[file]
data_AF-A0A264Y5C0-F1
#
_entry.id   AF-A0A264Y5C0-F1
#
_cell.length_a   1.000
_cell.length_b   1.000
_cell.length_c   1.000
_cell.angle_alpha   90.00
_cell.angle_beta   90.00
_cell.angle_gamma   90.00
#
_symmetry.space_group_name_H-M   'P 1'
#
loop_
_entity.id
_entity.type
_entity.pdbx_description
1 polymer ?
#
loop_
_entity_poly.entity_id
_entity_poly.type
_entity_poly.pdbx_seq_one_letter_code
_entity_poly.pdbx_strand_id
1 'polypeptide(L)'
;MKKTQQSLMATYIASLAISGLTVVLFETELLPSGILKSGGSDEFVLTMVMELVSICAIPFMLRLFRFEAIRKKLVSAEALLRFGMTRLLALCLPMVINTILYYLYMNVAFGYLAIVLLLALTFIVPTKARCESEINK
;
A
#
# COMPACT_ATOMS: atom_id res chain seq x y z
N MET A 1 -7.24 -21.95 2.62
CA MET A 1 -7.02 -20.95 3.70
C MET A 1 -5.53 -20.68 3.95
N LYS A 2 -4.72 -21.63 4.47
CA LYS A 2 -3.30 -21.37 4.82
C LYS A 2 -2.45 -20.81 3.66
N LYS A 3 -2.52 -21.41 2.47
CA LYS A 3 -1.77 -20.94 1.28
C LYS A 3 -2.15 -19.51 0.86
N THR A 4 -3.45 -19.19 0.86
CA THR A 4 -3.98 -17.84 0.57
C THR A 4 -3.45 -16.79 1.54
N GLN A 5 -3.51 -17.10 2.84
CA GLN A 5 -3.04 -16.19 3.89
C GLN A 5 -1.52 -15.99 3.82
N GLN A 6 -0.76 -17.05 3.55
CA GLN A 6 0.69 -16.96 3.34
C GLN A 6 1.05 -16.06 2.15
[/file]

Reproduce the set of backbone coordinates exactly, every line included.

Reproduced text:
data_AF-A0A264Y5C0-F1
#
_entry.id   AF-A0A264Y5C0-F1
#
_cell.length_a   1.000
_cell.length_b   1.000
_cell.length_c   1.000
_cell.angle_alpha   90.00
_cell.angle_beta   90.00
_cell.angle_gamma   90.00
#
_symmetry.space_group_name_H-M   'P 1'
#
loop_
_entity.id
_entity.type
_entity.pdbx_description
1 polymer ?
#
loop_
_entity_poly.entity_id
_entity_poly.type
_entity_poly.pdbx_seq_one_letter_code
_entity_poly.pdbx_strand_id
1 'polypeptide(L)'
;MKKTQQSLMATYIASLAISGLTVVLFETELLPSGILKSGGSDEFVLTMVMELVSICAIPFMLRLFRFEAIRKKLVSAEALLRFGMTRLLALCLPMVINTILYYLYMNVAFGYLAIVLLLALTFIVPTKARCESEINK
;
A
#
# COMPACT_ATOMS: atom_id res chain seq x y z
N MET A 1 -7.24 -21.95 2.62
CA MET A 1 -7.02 -20.95 3.70
C MET A 1 -5.53 -20.68 3.95
N LYS A 2 -4.72 -21.63 4.47
CA LYS A 2 -3.30 -21.37 4.82
C LYS A 2 -2.45 -20.81 3.66
N LYS A 3 -2.52 -21.41 2.47
CA LYS A 3 -1.77 -20.94 1.28
C LYS A 3 -2.15 -19.51 0.86
N THR A 4 -3.45 -19.19 0.86
CA THR A 4 -3.98 -17.84 0.57
C THR A 4 -3.45 -16.79 1.54
N GLN A 5 -3.51 -17.10 2.84
CA GLN A 5 -3.04 -16.19 3.89
C GLN A 5 -1.52 -15.99 3.82
N GLN A 6 -0.76 -17.05 3.55
CA GLN A 6 0.69 -16.96 3.34
C GLN A 6 1.05 -16.06 2.15